The heavy rain and strong gusts of wind blew his umbrella upside down as he answered questions from Sky host Sophie Ridge.
And a lighting rig flipped, forcing him to grab her before she hit him in the face.
But Ashworth continued – and managed to answer questions about the Covid-19 vaccines.
When asked if people should be forced to get the coronavirus vaccine, he said no.
“We, about 150 years ago I think, introduced compulsory vaccination legislation in this country,” he said.
“And that led to mass protests in this country. ”
That’s when he apologized as his umbrella exploded and the lights fell on him.
“The equipment falls. The umbrella is gone, ”he said. “It will be one of those. These clips that will go viral without a doubt. ”
But he continued: “What I meant was that we introduced compulsory vaccination laws in the UK in the 1850s, I know it’s been a long time.
“But that only led to mass protests. This led to the Anti-Vaccination League and our vaccination rates actually fell. “
Mr Ashworth calls on the government to crack down on anti-vaccination content on social media websites.
He and shadow Culture Secretary Jo Stevens said the government’s involvement in social media platforms, targeting anti-vaccination content, did not go far enough.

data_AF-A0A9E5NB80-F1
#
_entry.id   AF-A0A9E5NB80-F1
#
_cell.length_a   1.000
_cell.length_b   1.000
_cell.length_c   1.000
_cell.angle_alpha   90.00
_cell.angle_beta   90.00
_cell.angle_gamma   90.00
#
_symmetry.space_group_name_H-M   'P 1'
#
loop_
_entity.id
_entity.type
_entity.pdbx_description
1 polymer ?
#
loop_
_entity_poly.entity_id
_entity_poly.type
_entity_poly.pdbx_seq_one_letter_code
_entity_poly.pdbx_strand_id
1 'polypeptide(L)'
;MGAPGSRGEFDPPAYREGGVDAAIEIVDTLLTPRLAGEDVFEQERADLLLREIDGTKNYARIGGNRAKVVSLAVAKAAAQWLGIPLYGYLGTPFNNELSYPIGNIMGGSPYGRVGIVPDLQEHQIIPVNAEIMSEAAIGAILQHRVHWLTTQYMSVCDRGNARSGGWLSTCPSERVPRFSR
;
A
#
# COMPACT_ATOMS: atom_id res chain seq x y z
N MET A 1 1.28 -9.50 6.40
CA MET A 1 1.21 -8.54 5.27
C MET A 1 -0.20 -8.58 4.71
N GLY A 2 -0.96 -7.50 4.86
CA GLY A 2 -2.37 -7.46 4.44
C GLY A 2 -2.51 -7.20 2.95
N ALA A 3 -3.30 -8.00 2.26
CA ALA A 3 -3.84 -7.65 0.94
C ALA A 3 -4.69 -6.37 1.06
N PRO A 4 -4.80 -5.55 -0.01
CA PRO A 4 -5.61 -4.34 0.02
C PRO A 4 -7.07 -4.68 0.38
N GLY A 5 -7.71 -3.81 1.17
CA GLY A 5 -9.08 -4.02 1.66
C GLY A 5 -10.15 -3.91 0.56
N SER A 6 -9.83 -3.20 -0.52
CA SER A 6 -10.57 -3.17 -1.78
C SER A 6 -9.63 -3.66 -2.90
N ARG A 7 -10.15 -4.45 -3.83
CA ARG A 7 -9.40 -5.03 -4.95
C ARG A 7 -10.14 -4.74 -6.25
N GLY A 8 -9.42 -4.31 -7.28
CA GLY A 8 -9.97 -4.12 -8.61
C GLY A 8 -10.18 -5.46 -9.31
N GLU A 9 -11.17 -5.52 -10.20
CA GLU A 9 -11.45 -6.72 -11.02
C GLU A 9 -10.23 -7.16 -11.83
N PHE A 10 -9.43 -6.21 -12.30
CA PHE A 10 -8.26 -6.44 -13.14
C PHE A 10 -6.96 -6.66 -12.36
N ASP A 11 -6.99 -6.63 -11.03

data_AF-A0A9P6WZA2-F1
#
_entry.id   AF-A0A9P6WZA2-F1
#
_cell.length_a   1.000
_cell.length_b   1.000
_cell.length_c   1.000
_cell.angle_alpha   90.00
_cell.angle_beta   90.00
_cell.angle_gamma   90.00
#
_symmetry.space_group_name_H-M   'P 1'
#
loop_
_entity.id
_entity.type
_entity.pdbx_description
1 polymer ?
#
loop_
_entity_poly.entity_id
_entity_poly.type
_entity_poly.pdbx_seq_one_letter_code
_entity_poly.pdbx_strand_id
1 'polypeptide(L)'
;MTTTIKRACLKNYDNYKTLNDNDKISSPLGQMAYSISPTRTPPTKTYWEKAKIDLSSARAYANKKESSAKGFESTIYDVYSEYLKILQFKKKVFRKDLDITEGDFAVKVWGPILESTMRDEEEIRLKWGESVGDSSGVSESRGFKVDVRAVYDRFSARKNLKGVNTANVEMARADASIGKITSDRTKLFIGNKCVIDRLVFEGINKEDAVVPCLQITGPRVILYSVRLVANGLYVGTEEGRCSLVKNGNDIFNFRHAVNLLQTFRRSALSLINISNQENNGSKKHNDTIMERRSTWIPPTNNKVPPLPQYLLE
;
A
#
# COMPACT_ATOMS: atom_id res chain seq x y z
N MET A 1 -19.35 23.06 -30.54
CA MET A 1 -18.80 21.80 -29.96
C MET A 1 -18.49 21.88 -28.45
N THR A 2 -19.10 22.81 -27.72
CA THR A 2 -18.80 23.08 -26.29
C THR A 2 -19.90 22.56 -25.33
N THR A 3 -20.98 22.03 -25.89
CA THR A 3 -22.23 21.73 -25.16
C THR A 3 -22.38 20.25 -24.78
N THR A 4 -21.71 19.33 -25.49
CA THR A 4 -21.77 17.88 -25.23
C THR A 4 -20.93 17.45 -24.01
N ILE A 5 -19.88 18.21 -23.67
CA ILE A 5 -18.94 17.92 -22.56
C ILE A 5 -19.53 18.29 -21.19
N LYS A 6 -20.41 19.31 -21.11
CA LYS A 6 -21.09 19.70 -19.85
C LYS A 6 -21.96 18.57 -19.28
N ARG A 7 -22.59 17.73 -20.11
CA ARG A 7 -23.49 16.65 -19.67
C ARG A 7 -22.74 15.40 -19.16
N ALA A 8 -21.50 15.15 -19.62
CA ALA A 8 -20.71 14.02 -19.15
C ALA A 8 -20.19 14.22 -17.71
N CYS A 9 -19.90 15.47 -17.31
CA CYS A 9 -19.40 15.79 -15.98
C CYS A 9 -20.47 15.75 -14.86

The two shadow cabinet ministers said in their letter to the Culture Secretary: “Although we welcomed the creation of a disinformation unit within the government, it was disappointing that the ministers were not able to provide information about his work or to say how much content he has. reported to social media companies for removal.
“The collaboration announced with social media companies last week was welcome, but it seems woefully insufficient with the promise to only remove government flagged content that generates profit.
“What we need is to act now and – since these companies could not act on their own – we call on the government to introduce emergency legislation that would include financial and criminal penalties in the event of continuing breach.
“Labor would give the government the votes it needs to push such a bill through the House of Commons.
“One person who does not take the vaccine because of this harmful content is one too many. “
A government spokesperson said: “Letting vaccine misinformation spread unchecked could cost the British lives.
“We take this issue very seriously and have secured major commitments from Facebook, Twitter and Google to address it by not taking advantage of this material and responding more quickly to reported content.
“We continue to work closely with social media companies to promote authoritative sources of information so people have access to vaccine facts, not fiction. “